Posted by: viaprograms | December 17, 2010

Holidays Abroad

VIA volunteers usually stay in-country for the holidays. We asked our current volunteers how they celebrate in a new culture and new surroundings. Below Jonas Crimm, a VIA volunteer at a middle school in Xining, Qinghai, China, describes lighting Chanukah candles on the hillside above a Buddhist monastery.

Buddhist monastery viewed from above

On the way back from the county town on Sunday, I stopped at a small town called Lajia (Ragya) as I’d heard there was a beautiful monastery located nearby. Lying above the Yellow River, the monastery was nestled in a small side valley under stupendous glowing-red pinnacles of sandstone. The monastery itself was beautiful, and felt alive – all of the assembly halls were full of monks, most were young (under 20), and new chapels were under construction on the hillside. Nevertheless, a reminder of the monastery’s former size was evident from the crumbling walls of mud, which sat on the hillside above the complex.

The monks and pilgrims were extremely friendly as I visited the temples and walked the beautiful kora, which led up into the jumble of red rock pinnacles above the monastery. At the kora’s midway point, I decided to climb up a hillside above the monastery to do some more lesson planning. I reached a grassy ridge top and sat down.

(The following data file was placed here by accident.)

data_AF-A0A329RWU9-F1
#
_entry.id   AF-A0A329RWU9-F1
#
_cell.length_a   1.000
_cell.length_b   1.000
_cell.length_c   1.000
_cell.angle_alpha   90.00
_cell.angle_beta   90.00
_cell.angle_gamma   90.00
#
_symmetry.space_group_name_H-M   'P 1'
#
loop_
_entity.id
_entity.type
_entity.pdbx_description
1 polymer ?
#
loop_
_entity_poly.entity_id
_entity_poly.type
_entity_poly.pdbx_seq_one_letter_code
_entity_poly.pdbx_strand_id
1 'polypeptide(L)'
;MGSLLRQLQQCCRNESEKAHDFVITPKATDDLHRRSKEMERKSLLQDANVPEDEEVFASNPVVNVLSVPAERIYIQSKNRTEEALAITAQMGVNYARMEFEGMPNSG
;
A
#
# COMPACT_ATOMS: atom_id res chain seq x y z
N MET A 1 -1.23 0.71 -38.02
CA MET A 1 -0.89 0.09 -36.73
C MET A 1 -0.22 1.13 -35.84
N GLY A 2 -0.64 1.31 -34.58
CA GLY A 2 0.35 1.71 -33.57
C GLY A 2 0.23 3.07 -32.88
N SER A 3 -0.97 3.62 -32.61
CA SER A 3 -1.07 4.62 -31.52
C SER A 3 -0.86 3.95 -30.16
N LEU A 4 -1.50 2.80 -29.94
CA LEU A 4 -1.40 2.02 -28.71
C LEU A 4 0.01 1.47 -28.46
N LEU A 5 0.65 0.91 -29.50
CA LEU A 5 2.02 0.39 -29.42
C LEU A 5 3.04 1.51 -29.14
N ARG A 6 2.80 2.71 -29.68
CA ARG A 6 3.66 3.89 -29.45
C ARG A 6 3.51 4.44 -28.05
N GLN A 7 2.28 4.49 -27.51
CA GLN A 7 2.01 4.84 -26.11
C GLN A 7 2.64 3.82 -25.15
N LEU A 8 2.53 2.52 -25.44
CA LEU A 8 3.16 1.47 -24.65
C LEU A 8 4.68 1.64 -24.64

Then it hit me: this was a perfect place to do Chanukah. Spectacular views, remoteness, spiritual aura…what more could one want? The only thing missing was a lack of daylight, but as for that I was out of luck; come nighttime, I would be on the sleeper to Xining, and candle lighting on the sleeper would not be the best idea. I took out the hannukiyah and candles and had a go.

Chanukah on the hillside

Chanukah in Lajia, like most of those events and situations I’ve imported from home to the plateaus of Qinghai, was all the more beautiful and meaningful for its unlikeliness. How many Jews have celebrated Chanukah in Golog? How many Jews have ever even been to Golog? But regardless of the incongruity and unfamiliarity of the place, the culture, and even the time of day, celebrating Chanukah on a hillside above a Tibetan Buddhist monastery, the yellow river, ice-choked, winding sinuously below, threading its way into the distance between ochre and gold-colored hills dappled with grazing sheep and yaks – celebrating Chanukah in Lajia somehow just felt right.

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